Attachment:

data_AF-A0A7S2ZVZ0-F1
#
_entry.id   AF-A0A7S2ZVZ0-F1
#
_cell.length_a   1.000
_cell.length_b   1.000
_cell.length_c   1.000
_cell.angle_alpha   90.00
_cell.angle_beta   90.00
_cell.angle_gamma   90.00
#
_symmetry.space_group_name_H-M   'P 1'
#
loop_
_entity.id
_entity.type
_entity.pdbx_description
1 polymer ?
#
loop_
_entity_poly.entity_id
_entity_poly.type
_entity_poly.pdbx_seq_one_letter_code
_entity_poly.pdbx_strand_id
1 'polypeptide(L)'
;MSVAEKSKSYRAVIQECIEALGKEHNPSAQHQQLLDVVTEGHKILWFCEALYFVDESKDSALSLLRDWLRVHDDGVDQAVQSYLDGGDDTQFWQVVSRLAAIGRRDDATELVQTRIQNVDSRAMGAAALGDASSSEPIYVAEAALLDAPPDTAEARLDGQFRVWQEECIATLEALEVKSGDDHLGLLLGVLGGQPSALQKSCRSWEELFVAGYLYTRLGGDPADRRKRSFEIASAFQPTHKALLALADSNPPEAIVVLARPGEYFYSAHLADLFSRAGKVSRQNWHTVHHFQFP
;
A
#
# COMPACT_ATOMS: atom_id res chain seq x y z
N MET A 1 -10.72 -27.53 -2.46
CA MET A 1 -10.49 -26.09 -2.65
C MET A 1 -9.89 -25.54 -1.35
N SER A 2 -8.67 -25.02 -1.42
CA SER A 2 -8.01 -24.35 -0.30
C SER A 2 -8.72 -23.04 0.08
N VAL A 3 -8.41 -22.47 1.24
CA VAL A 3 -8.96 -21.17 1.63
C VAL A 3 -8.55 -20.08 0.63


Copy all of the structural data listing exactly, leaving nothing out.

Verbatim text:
data_AF-A0A7S2ZVZ0-F1
#
_entry.id   AF-A0A7S2ZVZ0-F1
#
_cell.length_a   1.000
_cell.length_b   1.000
_cell.length_c   1.000
_cell.angle_alpha   90.00
_cell.angle_beta   90.00
_cell.angle_gamma   90.00
#
_symmetry.space_group_name_H-M   'P 1'
#
loop_
_entity.id
_entity.type
_entity.pdbx_description
1 polymer ?
#
loop_
_entity_poly.entity_id
_entity_poly.type
_entity_poly.pdbx_seq_one_letter_code
_entity_poly.pdbx_strand_id
1 'polypeptide(L)'
;MSVAEKSKSYRAVIQECIEALGKEHNPSAQHQQLLDVVTEGHKILWFCEALYFVDESKDSALSLLRDWLRVHDDGVDQAVQSYLDGGDDTQFWQVVSRLAAIGRRDDATELVQTRIQNVDSRAMGAAALGDASSSEPIYVAEAALLDAPPDTAEARLDGQFRVWQEECIATLEALEVKSGDDHLGLLLGVLGGQPSALQKSCRSWEELFVAGYLYTRLGGDPADRRKRSFEIASAFQPTHKALLALADSNPPEAIVVLARPGEYFYSAHLADLFSRAGKVSRQNWHTVHHFQFP
;
A
#
# COMPACT_ATOMS: atom_id res chain seq x y z
N MET A 1 -10.72 -27.53 -2.46
CA MET A 1 -10.49 -26.09 -2.65
C MET A 1 -9.89 -25.54 -1.35
N SER A 2 -8.67 -25.02 -1.42
CA SER A 2 -8.01 -24.35 -0.30
C SER A 2 -8.72 -23.04 0.08
N VAL A 3 -8.41 -22.47 1.24
CA VAL A 3 -8.96 -21.17 1.63
C VAL A 3 -8.55 -20.08 0.63